Interviewer: The narrator is a very intriguing choice, and one I haven’t read before. Can you think of another author that is similar to your writing style or use of narrators?
Chris: No, can you?
Interviewer: Not at all! I think that you, and by extension, SUKI have created a brand new genre! Since you have a wide range of tastes as an author, can you give us an idea of your favorite book, author or genre that you enjoy reading yourself?
Interviewer: You write so beautifully. You bring us into the story and when we have already fallen in love, the heart breaks ever so deeply. I am curious as to how you mold such perfect left brain and right brain skills at such a high level. I’m also aware that you do editing for other authors. Where do you think your breadth of expression and the exactitude of an editor come from? Would it stem from your days as an actress or was it further back than your acting days?
Chris: Ha ha…I think my editing comes in part from an uncontrollable urge to have all forms of writing flow smoothly. In some circles they call that OCD. LOL I really don’t know where it comes from. I just like to create art – or in the case of editing, co-create. It does NOT come from acting…if you ever saw the music video I did in the nineties – hot pants and all – you’d be as sure as I am about that. Before that I was just a crazy college kid hoping to get a degree that would eventually pay the bills. Editor is something I morphed into as a result of beta reading for my fellow indies. I went above and beyond because I wanted them to succeed and eventually gained a rep as a know-it-all, but a lovable and talented know-it-all. My first paid gig (complete with credits!), TRAILER TRASH WITH A GIRL’S NAME by Stacey Roberts is tickling funny bones everywhere.
I want to thank Chris for coming by and talking to us. She is an amazing human being and SUKI is something that I feel is a life-lesson for all of us, young or old, male or female. You can get it now on Amazon. Just search SUKI in Kindle.
An end note: As all hybrid or Indie authors wonder about quitting the day-job and writing full-time, I asked that of Chris and her answer is put together perfectly on her blog Simply Stick.
This is going to be a quick post. First, I think if anyone has laid their eyes on the internet yesterday the hot item was the sales reporting Hugh Howey wrote for Author Earnings.There were so many people clamoring for the information that the site crashed so Joe Konrath re-posted it on his site.
This is what I posted on Google Plus early this morning:
What a day yesterday. If you were in a cave without wifi, this is what went down. Hugh Howey posted a bombshell report on Author Earnings. Such a bombshell that the site went down. Joe Konrath re-posted it on his site for those that didn’t get it before the crash. Theresa Ragan, whose site is linked in the article by Hugh, has a great Sales Ranking Chart on her site. As the algorithms changes every few months, she updates the parameters and links it to her navigation bar on her site. Go read this article if you haven’t yet! Author Earnings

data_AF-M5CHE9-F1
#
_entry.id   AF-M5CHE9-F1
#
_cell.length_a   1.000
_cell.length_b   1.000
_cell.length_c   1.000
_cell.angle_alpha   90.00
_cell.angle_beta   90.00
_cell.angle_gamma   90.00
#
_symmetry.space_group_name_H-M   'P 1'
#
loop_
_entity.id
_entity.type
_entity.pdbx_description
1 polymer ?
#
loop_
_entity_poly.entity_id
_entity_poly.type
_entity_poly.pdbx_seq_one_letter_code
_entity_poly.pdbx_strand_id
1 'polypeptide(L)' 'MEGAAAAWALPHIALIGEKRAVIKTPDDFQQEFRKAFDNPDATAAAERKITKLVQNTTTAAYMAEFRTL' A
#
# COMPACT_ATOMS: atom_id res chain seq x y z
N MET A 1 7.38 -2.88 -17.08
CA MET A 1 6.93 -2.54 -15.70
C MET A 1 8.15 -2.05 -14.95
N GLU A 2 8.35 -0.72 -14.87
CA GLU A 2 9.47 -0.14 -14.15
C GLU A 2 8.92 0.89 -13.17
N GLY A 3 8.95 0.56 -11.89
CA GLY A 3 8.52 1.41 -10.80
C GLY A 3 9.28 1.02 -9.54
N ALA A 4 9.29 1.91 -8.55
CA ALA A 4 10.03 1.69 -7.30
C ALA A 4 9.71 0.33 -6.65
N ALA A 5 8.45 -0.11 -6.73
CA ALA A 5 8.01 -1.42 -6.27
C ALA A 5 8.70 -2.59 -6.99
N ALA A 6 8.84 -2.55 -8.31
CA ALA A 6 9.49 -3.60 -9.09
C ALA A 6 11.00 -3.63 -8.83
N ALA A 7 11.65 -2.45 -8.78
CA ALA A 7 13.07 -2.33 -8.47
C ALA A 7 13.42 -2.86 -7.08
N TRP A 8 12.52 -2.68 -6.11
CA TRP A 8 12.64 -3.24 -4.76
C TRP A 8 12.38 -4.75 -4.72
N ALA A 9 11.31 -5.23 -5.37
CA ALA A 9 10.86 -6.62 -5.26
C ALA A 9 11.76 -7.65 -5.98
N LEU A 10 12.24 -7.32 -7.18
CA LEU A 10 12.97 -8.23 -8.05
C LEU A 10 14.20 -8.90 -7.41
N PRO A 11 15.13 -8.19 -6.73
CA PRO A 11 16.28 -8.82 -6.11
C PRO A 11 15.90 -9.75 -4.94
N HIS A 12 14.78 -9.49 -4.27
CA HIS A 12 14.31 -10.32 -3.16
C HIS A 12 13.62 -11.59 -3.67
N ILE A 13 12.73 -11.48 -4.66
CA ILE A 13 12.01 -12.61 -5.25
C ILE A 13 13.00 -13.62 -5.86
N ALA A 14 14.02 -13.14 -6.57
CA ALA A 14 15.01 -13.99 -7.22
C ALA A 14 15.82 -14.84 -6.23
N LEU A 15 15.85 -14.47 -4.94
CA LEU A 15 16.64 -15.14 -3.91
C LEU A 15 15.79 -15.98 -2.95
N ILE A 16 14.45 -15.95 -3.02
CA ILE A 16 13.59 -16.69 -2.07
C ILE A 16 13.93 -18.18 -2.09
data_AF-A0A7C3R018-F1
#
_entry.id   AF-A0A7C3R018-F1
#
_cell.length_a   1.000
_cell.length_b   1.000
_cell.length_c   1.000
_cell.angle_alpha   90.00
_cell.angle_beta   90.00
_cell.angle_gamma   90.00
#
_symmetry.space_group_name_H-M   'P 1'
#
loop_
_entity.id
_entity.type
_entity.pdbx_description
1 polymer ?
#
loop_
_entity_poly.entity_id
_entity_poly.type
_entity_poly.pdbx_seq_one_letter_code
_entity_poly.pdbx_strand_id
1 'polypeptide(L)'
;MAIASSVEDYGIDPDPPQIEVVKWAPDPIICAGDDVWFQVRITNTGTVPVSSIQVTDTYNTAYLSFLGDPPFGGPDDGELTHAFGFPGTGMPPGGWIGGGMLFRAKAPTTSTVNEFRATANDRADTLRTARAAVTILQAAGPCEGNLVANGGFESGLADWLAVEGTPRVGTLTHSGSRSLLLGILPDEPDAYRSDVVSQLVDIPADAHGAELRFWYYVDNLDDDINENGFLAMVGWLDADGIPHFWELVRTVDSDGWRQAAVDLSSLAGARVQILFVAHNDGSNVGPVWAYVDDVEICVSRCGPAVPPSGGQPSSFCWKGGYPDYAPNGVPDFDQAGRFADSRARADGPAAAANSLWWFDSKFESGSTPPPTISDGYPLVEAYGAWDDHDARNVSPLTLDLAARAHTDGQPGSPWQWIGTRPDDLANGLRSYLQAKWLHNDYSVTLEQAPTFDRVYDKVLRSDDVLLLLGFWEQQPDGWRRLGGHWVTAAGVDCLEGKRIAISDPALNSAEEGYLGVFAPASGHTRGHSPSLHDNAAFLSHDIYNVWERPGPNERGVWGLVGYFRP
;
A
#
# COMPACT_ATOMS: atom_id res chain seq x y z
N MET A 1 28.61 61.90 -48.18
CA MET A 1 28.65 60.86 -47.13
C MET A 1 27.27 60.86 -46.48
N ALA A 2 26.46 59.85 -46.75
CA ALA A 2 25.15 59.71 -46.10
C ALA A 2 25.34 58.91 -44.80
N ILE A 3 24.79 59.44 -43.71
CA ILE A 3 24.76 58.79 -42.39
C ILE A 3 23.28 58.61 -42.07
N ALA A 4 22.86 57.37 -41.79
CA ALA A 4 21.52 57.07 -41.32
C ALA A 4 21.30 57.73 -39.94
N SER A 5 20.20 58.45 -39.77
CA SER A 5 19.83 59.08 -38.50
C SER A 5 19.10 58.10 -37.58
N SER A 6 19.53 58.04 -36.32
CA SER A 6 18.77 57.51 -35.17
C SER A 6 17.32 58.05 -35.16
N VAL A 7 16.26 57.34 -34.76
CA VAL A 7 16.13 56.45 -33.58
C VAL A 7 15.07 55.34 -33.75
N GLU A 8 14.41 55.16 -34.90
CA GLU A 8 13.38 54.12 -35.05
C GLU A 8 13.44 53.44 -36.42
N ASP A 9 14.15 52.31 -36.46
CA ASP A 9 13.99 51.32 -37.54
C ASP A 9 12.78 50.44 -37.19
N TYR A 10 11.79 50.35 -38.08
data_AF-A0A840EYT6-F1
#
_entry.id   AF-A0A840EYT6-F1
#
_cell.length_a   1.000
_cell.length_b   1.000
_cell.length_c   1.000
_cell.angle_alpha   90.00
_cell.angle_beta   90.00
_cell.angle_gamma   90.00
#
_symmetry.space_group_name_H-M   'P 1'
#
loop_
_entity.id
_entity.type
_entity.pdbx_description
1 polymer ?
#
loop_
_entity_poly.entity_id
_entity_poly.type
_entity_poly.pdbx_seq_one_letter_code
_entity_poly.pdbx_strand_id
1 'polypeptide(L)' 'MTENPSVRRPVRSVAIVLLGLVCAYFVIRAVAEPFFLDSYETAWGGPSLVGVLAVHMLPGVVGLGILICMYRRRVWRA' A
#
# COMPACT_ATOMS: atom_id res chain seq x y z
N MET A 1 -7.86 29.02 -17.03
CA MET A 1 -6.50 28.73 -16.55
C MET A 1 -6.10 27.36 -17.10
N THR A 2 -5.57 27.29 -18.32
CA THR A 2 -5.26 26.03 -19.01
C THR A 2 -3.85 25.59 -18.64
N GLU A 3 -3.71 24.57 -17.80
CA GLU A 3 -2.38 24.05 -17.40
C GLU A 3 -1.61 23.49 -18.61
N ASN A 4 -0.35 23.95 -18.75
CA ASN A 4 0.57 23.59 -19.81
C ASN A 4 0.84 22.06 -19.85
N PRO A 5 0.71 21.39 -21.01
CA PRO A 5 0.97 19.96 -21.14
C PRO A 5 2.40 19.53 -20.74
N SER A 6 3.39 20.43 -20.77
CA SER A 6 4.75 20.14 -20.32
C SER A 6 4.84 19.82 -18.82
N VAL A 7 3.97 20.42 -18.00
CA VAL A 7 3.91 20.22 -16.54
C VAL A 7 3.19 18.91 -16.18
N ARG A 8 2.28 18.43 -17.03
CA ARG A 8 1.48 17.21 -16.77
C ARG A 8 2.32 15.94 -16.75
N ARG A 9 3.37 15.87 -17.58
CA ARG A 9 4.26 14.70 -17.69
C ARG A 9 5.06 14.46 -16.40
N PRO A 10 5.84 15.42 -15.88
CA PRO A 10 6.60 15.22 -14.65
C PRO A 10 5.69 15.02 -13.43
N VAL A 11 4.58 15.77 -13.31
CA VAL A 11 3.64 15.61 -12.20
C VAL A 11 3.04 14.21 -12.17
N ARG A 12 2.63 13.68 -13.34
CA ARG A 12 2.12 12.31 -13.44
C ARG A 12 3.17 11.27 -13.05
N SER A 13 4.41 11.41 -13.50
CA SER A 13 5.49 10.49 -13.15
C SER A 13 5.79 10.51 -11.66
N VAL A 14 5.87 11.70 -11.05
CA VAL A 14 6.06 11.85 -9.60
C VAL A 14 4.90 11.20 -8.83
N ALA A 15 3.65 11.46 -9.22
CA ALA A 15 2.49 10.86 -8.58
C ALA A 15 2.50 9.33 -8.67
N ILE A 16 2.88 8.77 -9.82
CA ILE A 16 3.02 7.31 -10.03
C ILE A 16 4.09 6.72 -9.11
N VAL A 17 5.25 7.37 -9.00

And the gold in the metadata is a quote from Hugh:
This data provided one piece of a complex puzzle. The rest of the puzzle hit my inbox with a mighty thud last week. I received an email from an author with advanced coding skills who had created a software program that can crawl online bestseller lists and grab mountains of data. All of this data is public—it’s online for anyone to see—but until now it’s been extremely difficult to gather, aggregate, and organize. This program, however, is able to do in a day what would take hundreds of volunteers with web browsers and pencils a week to accomplish. The first run grabbed data on nearly 7,000 e-books from several bestselling genre categories on Amazon. Subsequent runs have looked at data for 50,000 titles across all genres.
I want you to hit all of the links but one link that Hugh included was this wonderful little sales ranking tool here.
Look at the feeds on Twitter and you will see what conversations are transpiring. Rapid fire and it’s exhilarating!
There is a great site you should visit called Indie Author Land. It is a wealth of information on self-published books. It also has the stories behind the books in the form of author interviews posted with the books. This is the crux of the story behind Penpals; a story you don’t want to miss about a book that is surely not to be missed.
It seems that the author, Dathan Auerbach visited the social page Reddit a great deal. In particular, the subreddit No Sleep. One night, he decided to post a story to the subreddit. He was a little nervous about it, but decided to dive in; he intitled that story Footsteps and hoped for a few votes and comments. It turned out to be a hit, so he posted more and everyone loved the stories. They were clamoring for them. This interview, conducted at the end of last year, is a bestseller again for this past week. There is talk of a movie, all because of reddit’s subreddit community NoSleep. This is what a fan base can do both for you as a novelist and your book through the self-publishing options available for you.
This interview talks first about story, which must be the pillar to all of our work and then discusses an ‘impromptu’ Kickstarter project, a publishing house, isbn and publishing outlets on Amazon, over several countries, iTunes, Nook, and beyond with talks with the movie industry; all a great surprise to the novelist, Dathan Auerbach.
Please see these links about this story and more about Dathan Auerbach:
This will be rather short today, but it follows along the lines that I have stressed, which are hiring a great copy editor, line editor and proofreader. In doing my research for the self-publishing posts, I sent an email to someone in the UK concerning the use of “while” vs. “whilst” and “curb” vs. “kerb”. I had happened to be reading a book at the time from a British author who used all of the above, but “curb”. She was not following any of my advise for her story structure which fell apart half of the way through the manuscript. Not only did she not hire a proofreader, she was inconsistent. An absolute “no-no”!!!